20 November, 1888
MORE ABOUT THE SUSPECTED WHITECHAPEL FIEND.
Posing in New York as the Friend of English Aristocrats--His Financial Collapse.
Clement R. Bennett, the well-known stenographer of the Circuit Court, knew Dr. Tumblety of New York, who has been arrested in London on suspicion of being the Whitechapel murderer. In conversation yesterday in regard to the case he said:
"The first time I ever saw Tumblety was at the Jerome Park fall races in 1870. I was then living in that fashionable suburb, Fordham. Tumblety, in company with a flashily dressed man, passed by our house, which was the short cut from the park to the Fordham depot, on the New York and Harlem Railroad. The men stopped, and Tumblety, who acted as spokesman, asked me a great many questions about the resident--'Who lived here?' and 'who lived there?'--pointing to the magnificent summer houses of the metropolitan capitalists, with a jockey riding whip, the head of which appeared resplendent with jewels. The dash and hauteur of the man made such an impression upon me that afternoon, with subsequent acts and incidents in that city, that I have never forgotten him.
"About 1871 he roomed at the Northern Hotel, on Cortlandt street. Here he had a magnificent suit (sic)of rooms, the floors of which were covered with well-worn leather trunks, valises and bags. He cordially invited any young men whom he fancied, wherever he met them, in the parks, squares or stores, to call upon him at this hotel, where he was wont to say he would show them 'an easy road to fortune.' By his suavity he was successful beyond comprehension in enlisting and securing the attendance, at certain hours of the day and evening, of good-looking young men adn boys, greenhorns, to 'walk into my parlor.' He pretended to be a 'specialist' and to have a cure for some of the ills which flesh is heir to.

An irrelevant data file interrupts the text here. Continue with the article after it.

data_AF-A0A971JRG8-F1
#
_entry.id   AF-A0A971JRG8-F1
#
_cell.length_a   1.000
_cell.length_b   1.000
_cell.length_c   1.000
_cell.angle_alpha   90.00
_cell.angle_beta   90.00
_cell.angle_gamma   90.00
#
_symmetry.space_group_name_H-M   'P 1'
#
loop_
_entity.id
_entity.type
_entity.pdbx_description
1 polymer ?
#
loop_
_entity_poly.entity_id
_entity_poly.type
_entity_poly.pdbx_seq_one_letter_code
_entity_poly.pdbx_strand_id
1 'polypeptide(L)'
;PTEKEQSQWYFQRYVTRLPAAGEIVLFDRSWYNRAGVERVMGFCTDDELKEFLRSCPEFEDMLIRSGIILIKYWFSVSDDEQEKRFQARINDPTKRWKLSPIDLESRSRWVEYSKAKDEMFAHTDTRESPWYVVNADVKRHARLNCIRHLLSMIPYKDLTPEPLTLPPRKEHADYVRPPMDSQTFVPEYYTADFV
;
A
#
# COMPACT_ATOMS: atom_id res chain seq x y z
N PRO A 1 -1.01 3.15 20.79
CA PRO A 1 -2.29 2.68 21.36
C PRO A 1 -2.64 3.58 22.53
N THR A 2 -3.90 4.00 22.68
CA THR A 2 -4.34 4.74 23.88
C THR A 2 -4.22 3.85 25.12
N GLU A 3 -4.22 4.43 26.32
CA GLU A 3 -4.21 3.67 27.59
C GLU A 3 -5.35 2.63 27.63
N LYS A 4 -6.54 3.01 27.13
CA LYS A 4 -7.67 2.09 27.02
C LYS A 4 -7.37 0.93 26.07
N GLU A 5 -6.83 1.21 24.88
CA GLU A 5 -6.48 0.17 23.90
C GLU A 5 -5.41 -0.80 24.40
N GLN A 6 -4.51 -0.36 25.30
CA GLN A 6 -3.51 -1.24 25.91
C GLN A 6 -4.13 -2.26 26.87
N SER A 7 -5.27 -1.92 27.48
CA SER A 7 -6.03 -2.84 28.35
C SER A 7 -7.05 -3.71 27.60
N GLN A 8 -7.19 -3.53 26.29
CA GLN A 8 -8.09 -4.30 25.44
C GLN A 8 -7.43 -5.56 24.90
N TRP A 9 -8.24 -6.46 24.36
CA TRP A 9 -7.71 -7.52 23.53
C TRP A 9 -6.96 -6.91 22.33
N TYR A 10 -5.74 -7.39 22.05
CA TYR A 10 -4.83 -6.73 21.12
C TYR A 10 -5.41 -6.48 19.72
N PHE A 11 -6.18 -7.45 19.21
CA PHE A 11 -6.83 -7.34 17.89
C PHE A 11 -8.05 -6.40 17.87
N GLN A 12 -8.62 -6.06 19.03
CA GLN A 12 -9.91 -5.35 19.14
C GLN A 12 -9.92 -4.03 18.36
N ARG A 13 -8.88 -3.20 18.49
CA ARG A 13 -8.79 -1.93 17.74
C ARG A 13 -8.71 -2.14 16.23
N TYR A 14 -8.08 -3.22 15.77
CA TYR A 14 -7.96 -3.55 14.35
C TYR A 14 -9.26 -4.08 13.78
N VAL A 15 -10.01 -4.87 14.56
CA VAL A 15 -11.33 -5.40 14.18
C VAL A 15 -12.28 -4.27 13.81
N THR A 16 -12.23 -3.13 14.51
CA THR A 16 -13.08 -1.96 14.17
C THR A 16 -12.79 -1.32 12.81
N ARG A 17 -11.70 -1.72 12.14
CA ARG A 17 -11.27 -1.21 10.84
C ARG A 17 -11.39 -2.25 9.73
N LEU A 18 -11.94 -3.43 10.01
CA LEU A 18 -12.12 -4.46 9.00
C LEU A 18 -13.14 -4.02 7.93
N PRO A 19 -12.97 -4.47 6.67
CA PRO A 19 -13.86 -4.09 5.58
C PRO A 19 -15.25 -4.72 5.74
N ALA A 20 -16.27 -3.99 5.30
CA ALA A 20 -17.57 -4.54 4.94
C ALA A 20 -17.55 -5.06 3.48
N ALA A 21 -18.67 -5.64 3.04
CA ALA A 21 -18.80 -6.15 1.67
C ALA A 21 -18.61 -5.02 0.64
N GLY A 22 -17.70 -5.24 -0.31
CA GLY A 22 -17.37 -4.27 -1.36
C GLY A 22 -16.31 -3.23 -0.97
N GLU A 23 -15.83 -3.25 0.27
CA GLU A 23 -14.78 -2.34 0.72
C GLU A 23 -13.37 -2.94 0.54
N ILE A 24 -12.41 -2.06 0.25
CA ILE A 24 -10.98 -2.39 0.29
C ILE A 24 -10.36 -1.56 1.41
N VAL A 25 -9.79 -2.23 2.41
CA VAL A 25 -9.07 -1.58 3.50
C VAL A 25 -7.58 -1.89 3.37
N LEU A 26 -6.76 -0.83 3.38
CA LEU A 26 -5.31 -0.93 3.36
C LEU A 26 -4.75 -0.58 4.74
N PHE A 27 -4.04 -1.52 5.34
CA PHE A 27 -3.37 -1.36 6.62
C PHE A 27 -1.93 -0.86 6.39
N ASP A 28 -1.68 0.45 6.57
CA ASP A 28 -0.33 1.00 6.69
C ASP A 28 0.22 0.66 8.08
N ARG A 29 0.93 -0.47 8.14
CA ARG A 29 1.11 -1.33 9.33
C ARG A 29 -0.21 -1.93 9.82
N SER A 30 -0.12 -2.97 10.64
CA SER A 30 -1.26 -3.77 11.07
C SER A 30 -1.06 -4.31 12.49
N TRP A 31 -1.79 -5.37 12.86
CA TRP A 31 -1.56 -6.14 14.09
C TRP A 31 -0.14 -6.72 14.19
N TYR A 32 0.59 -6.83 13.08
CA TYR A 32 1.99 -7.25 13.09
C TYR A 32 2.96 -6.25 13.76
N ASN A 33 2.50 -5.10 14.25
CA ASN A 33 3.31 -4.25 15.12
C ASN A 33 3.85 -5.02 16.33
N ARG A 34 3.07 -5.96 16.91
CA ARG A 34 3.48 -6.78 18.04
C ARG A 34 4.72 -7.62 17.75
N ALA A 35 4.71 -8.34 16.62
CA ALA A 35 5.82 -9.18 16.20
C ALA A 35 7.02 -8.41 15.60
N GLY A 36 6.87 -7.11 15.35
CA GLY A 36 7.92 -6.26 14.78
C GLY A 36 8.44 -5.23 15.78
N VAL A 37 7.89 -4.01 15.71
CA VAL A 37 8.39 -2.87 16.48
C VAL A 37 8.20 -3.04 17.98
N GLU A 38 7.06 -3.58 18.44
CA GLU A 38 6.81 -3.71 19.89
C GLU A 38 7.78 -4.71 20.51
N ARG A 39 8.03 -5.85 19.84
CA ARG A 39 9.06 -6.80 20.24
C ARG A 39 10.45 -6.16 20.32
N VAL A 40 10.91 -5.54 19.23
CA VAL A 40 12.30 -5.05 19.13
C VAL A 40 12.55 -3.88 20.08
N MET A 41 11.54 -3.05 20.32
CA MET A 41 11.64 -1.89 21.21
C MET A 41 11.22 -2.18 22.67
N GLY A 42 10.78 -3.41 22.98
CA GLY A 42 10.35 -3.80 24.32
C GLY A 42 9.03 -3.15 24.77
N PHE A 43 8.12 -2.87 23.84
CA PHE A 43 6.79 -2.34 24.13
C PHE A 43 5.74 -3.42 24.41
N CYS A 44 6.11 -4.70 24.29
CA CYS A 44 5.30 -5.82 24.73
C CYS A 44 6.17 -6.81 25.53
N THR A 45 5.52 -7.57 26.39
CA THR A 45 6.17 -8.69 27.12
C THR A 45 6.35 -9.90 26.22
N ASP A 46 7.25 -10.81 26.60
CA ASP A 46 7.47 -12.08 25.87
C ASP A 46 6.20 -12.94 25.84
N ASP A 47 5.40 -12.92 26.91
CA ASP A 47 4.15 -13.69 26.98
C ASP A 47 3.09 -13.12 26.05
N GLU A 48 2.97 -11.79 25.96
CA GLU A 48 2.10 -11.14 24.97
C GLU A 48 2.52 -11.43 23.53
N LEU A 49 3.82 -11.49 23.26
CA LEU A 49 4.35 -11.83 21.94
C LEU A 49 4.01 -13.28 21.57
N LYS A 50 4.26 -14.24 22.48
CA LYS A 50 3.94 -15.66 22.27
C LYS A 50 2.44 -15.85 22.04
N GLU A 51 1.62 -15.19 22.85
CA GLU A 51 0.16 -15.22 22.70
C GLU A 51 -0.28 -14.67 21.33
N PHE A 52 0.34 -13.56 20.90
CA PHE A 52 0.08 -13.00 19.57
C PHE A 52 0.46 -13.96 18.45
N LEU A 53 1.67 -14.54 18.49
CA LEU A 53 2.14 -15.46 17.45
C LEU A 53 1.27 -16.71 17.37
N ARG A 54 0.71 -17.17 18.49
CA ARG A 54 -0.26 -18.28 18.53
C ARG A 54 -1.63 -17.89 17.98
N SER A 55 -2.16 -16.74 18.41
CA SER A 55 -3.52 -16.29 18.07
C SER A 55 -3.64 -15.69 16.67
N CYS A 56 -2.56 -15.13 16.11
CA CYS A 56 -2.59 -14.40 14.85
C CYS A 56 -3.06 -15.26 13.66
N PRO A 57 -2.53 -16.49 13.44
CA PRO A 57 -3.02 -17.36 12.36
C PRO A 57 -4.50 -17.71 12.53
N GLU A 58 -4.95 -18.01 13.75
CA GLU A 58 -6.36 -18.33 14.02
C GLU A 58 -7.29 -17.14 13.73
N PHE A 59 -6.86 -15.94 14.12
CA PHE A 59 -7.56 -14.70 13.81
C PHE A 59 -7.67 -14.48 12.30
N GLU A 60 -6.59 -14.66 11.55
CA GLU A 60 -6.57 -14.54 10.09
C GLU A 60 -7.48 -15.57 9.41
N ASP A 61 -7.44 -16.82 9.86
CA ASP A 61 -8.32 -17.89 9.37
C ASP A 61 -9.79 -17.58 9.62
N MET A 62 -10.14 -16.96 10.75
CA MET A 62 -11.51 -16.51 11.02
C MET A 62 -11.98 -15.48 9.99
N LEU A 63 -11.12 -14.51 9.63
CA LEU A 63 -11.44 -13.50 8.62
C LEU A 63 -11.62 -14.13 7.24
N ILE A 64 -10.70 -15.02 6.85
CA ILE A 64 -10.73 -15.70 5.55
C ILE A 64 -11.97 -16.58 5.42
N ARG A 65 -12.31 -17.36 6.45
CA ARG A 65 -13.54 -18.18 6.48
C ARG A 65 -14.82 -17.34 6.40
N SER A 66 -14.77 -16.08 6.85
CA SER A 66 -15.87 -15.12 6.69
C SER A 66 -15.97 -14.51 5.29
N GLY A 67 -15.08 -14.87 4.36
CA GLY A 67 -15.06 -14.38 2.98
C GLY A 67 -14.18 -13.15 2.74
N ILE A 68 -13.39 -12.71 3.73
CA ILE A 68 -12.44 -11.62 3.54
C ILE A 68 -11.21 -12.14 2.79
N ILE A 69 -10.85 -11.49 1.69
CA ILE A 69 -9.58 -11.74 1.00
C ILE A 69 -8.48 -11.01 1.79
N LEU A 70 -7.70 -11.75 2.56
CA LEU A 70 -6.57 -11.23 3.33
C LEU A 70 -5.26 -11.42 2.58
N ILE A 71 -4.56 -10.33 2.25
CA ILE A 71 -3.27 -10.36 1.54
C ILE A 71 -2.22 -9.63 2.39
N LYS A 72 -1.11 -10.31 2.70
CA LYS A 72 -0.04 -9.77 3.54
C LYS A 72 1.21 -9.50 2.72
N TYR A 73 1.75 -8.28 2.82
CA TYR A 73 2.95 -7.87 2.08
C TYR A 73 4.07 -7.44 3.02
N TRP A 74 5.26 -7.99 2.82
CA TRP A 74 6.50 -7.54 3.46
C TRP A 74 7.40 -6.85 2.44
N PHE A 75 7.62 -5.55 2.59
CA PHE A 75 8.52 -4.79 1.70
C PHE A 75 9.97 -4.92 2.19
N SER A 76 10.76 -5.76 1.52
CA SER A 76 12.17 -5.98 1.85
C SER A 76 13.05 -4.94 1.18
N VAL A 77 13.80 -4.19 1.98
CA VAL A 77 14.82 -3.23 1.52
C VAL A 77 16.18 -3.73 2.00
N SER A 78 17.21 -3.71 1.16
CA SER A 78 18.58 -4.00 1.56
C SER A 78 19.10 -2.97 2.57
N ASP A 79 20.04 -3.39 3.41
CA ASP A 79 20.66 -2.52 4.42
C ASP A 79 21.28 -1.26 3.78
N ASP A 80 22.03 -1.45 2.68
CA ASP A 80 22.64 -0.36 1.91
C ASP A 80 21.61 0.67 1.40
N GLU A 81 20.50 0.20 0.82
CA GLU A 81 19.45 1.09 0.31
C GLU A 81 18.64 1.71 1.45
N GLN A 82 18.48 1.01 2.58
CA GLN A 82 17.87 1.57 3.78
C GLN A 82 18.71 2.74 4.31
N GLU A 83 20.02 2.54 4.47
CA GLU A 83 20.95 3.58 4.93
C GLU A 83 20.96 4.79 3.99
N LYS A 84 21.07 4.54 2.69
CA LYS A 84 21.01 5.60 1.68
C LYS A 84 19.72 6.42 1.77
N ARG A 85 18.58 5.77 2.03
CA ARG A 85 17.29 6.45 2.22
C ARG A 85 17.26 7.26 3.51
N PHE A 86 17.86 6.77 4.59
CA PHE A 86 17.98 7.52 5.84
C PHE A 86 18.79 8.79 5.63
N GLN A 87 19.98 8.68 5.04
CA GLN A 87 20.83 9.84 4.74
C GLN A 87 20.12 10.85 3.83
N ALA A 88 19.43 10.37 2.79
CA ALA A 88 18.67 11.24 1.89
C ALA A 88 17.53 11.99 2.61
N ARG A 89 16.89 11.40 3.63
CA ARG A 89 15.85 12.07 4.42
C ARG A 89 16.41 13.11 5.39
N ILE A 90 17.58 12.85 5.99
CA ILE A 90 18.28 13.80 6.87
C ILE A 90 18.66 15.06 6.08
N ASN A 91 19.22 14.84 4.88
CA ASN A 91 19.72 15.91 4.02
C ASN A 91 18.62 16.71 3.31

"On one occasion I remember him showing me several valuable medals given him by British and colonial societies, with a collection of complimentary letters and testimonial from English noblemen, and, if I remember correctly, some of them were signed Granville, Mouck, Dufferin, etc. The papers were apparently official and genuine, as they bore the coats of arms, the crown, etc., of the donors, the peculiar aristocratic chirography in signature, etc. Up to the centennial year F. T. Tumblety, M.D., the name he was known by in New York, appeared to be in easy circumstances. He was a noted horseback rider and was a familiar figure in the saddle on Broadway. In stature he was about six feet one or two inches, weighed about 180 pounds, and he is now about 50 years of age. He wore a thick, curly, black moustache, clean-shaven red cheeks, and there is a journalist in this city who bears a striking resemblance to Dr. Tumblety. He invariably wore a double-breasted, bottoned-up pea-jacket, light pantaloons, a flashy necktie, cloth gaiters on his English box-toe shoes, a military or university cap, with a gold cord lying upon the straight peak, and some loud jewelry.
"The last time I saw him was about 1879. He was then looking shabby, careworn, lame, appeared to be living a dissolute and dissipated life, and was begging for a night's lodging."